Since the 1940s, low-fired ceramic figures and fragments such as this have been unearthed at various sites throughout the Inland Niger Delta region, an area that once had highly developed urban centers. These works are among the earliest known surviving art forms in sub-Saharan Africa. The makers were from the various peoples in the region, but it is not known whether they were men or women. Using a mixture of coarse clay and added grog (crushed pot sherds), the potters modeled the figures by hand. Some were modeled in separate parts and fitted together. Most surviving examples are solid, but a few are hollow and built with clay coils. The surfaces are polished and covered with a red slip (clay wash). These massive works are among the largest known terracotta figures created by sub-Saharan African potters. By the 15th or 16th century, environmental and political events caused the urban centers of the Delta region to be abandoned, and the art tradition did not survive.
Research, including local oral traditions, indicates that all ethnic groups in the Delta region used these figures. The earliest known written reference to them occurs in a letter of 1447. In it, a visiting Italian merchant remarked that the figures were kept in sanctuaries and venerated as representing the deified ancestors of famous founding rulers of the region. The elaborate dress of the figures suggests ceremonial military attire, and they may represent warriors who were once allies of the Malian emperor Sundjata Keita (c. 1210-c. 1260). Based on stylistic comparisons with similar figures, these works can be tentatively dated to between the 13th and 15th centuries.
Standing male figure of an archer with a quiver slung diagonally across his right shoulder in back. The figure's lower right arm and hand are missing as is his right foot.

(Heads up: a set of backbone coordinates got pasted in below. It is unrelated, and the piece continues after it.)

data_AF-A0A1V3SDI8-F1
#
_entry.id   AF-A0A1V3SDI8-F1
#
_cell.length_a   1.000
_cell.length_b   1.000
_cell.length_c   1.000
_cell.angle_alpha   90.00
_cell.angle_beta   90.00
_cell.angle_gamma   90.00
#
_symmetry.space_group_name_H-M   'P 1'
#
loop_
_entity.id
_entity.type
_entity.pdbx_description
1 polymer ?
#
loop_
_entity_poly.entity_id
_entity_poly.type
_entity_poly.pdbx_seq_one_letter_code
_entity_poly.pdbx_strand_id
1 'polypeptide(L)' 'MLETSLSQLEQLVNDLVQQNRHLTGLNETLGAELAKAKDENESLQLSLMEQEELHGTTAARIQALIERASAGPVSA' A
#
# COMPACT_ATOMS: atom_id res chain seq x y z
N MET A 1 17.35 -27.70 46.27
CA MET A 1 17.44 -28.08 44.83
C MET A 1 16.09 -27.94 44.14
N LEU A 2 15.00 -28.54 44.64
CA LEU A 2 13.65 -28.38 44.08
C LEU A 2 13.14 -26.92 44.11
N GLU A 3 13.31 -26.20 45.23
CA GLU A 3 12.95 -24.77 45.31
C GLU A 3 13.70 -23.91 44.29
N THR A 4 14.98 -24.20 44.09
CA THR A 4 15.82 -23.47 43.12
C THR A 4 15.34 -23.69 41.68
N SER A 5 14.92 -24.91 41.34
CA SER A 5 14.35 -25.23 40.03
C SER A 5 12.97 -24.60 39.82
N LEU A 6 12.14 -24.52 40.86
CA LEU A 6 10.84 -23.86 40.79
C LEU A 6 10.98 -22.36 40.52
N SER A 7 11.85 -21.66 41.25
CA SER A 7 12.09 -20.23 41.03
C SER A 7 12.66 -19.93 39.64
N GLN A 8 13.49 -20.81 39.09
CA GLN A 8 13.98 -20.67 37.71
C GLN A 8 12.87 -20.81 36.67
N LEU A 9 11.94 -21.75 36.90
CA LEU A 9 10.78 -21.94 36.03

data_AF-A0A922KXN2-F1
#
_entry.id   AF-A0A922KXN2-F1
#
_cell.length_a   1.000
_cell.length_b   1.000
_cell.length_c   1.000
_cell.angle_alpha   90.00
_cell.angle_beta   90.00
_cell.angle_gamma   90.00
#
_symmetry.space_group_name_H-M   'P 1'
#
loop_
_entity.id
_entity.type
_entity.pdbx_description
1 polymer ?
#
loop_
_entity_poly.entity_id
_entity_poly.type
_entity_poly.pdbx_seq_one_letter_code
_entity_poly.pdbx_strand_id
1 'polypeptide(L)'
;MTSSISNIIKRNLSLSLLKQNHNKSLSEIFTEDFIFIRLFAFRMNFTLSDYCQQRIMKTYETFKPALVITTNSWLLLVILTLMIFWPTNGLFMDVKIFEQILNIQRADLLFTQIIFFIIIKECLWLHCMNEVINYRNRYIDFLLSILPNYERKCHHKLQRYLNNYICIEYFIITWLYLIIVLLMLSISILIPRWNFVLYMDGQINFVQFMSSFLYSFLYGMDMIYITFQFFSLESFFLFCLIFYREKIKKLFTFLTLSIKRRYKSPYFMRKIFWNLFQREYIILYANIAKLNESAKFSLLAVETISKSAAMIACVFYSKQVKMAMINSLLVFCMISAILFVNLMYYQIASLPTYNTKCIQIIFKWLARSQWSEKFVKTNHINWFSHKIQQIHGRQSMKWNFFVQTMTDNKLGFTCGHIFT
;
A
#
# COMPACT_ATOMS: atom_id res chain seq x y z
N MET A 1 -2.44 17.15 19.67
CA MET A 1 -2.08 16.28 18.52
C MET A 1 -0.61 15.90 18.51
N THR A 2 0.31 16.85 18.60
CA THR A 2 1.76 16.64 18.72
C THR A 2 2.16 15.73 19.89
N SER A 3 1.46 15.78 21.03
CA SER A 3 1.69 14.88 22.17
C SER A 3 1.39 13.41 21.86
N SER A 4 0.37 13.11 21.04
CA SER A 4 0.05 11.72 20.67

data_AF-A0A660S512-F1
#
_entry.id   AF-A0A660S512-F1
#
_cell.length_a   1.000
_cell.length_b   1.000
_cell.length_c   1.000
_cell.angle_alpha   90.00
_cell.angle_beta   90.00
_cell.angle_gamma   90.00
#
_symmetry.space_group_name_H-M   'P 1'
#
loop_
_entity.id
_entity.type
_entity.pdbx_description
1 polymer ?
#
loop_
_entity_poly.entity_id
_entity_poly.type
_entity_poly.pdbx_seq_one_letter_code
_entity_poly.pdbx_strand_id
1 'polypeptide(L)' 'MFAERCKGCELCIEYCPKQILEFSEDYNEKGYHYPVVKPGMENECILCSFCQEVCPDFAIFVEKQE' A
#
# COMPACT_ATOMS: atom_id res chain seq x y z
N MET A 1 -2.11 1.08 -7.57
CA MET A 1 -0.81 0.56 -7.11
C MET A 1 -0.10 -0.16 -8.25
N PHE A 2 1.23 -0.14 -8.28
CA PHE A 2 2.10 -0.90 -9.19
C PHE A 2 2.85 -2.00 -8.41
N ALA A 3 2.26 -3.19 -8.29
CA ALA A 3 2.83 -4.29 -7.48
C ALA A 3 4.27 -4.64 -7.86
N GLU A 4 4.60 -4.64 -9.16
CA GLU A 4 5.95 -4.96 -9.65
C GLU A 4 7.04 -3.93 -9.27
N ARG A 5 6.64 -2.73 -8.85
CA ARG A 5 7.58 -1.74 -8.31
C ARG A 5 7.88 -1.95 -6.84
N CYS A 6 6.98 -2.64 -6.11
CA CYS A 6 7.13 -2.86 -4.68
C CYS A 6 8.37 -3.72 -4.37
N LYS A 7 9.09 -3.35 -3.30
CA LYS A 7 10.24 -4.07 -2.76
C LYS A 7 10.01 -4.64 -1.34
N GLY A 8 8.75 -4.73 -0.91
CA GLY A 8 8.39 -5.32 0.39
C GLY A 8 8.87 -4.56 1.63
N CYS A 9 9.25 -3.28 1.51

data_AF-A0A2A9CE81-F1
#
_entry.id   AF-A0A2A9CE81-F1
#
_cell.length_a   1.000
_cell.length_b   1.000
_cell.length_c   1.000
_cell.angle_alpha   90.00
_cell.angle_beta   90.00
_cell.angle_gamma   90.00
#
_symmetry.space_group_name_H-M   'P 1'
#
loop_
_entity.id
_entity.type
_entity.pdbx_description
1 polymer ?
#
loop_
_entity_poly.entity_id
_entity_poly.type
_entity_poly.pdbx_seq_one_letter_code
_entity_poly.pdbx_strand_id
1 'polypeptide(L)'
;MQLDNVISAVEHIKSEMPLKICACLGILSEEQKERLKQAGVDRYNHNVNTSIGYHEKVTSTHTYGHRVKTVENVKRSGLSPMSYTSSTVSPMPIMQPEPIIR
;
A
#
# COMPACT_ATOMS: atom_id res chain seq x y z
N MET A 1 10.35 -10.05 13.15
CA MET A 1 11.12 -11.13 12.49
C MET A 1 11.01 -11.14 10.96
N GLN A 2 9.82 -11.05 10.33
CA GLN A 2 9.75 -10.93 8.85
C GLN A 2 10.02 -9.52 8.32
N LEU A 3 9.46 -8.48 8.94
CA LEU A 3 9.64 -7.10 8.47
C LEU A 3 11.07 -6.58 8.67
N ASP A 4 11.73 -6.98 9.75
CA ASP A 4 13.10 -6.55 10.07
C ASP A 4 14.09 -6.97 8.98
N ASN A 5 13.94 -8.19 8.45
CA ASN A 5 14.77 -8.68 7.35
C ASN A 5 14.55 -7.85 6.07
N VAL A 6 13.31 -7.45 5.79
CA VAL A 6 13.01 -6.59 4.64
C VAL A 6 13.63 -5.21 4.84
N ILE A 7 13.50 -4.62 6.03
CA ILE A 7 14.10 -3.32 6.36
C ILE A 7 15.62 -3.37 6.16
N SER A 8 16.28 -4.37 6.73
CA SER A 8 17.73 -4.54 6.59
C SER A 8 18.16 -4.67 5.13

Karl Heinz Krieg, Neunkirchen, Germany, 1972-1973 (fragments)
Emile M. Deletaille, Brussels, 1972-1973 to 1986
Exhibition, National Museum of African Art, Smithsonian Institution, Washington, D.C., installed September 20, 2016–August, 27, 2019
Pavilion, National Museum of African Art, Smithsonian Institution, Washington, D.C., October 2, 2002
DJENNE: Une Ville Millenaire au Mali, Rijksmuseum voor Volkenkunde, Leiden, December 1, 1994-August 27, 1995
Cole, Herbert M. 1989. Icons: Ideals and Power in the Art of Africa. Washington, D.C.: Smithsonian Institution Press, p. 94, no. 105.
De Grunne, Bernard. 1980. Terres cuites anciennes de l'ouest africain/ Ancient Terracottas from West Africa. Louvain-la-Neuve: Universite Catholique de Louvain, p. 84, no. I.14.
Freyer, Bryna M. and Christine Mullen Kreamer. 2010. "The Collection of the National Museum of African Art Smithsonian Institution." Sculpture Review LIX (1), p. 20.
Kleiner, Fred S. 2008. Gardner's Art Through the Ages: A Global History (13th edition). Cengage Learning.
Kleiner, Fred S. 2009. Gardner's Art Through the Ages: A Global History (13th edition). Cengage Learning, p. 399, no. 15-7.
Kreamer, Christine Mullen. 2003. " A Tribute to Roy Sieber: Part 2." African Arts 36 (2), pp. 16, 19, no. 19.
National Museum of African Art. 1999. Selected Works from the Collection of the National Museum of African Art. Washington, D.C.: National Museum of African Art, Smithsonian Institution, p. 114, no. 1A.
National Museum of African Art. 2007. 2007-2008 School Calendar: Featuring the new Let's Read about Africa and the Sounds of African Music programs. Museum calendar. Washington, D.C.: National Museum of African Art, Smithsonian Institution, February 2008.